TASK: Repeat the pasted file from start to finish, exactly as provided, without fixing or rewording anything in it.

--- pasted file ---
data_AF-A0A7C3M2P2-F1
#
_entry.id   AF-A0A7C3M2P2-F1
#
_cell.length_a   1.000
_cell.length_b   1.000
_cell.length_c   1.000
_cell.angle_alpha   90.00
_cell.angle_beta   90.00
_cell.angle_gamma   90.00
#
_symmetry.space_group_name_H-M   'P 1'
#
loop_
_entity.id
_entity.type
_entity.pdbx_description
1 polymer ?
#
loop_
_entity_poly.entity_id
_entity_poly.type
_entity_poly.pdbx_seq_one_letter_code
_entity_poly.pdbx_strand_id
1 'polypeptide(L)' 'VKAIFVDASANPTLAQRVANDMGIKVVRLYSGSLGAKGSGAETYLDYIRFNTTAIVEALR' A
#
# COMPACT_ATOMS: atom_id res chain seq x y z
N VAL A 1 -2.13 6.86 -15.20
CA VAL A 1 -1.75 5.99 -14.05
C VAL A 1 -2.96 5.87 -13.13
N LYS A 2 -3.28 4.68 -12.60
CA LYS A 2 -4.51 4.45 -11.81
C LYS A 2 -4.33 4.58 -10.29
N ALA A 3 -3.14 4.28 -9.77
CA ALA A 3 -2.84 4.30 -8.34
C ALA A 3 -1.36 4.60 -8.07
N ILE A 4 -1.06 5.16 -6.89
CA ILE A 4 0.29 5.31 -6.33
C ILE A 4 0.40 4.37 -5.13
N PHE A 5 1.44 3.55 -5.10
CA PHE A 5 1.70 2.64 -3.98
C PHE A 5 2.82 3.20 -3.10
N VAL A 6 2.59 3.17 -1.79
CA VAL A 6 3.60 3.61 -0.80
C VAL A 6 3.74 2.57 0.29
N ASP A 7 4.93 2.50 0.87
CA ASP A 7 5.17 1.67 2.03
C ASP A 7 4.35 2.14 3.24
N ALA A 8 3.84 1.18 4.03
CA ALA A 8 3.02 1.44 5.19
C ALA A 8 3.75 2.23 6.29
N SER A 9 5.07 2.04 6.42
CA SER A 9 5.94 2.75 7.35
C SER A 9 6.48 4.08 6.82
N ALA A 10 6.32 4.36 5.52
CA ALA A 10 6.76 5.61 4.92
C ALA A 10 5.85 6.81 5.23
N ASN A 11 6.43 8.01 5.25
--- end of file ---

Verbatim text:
data_AF-A0A7C3M2P2-F1
#
_entry.id   AF-A0A7C3M2P2-F1
#
_cell.length_a   1.000
_cell.length_b   1.000
_cell.length_c   1.000
_cell.angle_alpha   90.00
_cell.angle_beta   90.00
_cell.angle_gamma   90.00
#
_symmetry.space_group_name_H-M   'P 1'
#
loop_
_entity.id
_entity.type
_entity.pdbx_description
1 polymer ?
#
loop_
_entity_poly.entity_id
_entity_poly.type
_entity_poly.pdbx_seq_one_letter_code
_entity_poly.pdbx_strand_id
1 'polypeptide(L)' 'VKAIFVDASANPTLAQRVANDMGIKVVRLYSGSLGAKGSGAETYLDYIRFNTTAIVEALR' A
#
# COMPACT_ATOMS: atom_id res chain seq x y z
N VAL A 1 -2.13 6.86 -15.20
CA VAL A 1 -1.75 5.99 -14.05
C VAL A 1 -2.96 5.87 -13.13
N LYS A 2 -3.28 4.68 -12.60
CA LYS A 2 -4.51 4.45 -11.81
C LYS A 2 -4.33 4.58 -10.29
N ALA A 3 -3.14 4.28 -9.77
CA ALA A 3 -2.84 4.30 -8.34
C ALA A 3 -1.36 4.60 -8.07
N ILE A 4 -1.06 5.16 -6.89
CA ILE A 4 0.29 5.31 -6.33
C ILE A 4 0.40 4.37 -5.13
N PHE A 5 1.44 3.55 -5.10
CA PHE A 5 1.70 2.64 -3.98
C PHE A 5 2.82 3.20 -3.10
N VAL A 6 2.59 3.17 -1.79
CA VAL A 6 3.60 3.61 -0.80
C VAL A 6 3.74 2.57 0.29
N ASP A 7 4.93 2.50 0.87
CA ASP A 7 5.17 1.67 2.03
C ASP A 7 4.35 2.14 3.24
N ALA A 8 3.84 1.18 4.03
CA ALA A 8 3.02 1.44 5.19
C ALA A 8 3.75 2.23 6.29
N SER A 9 5.07 2.04 6.42
CA SER A 9 5.94 2.75 7.35
C SER A 9 6.48 4.08 6.82
N ALA A 10 6.32 4.36 5.52
CA ALA A 10 6.76 5.61 4.92
C ALA A 10 5.85 6.81 5.23
N ASN A 11 6.43 8.01 5.25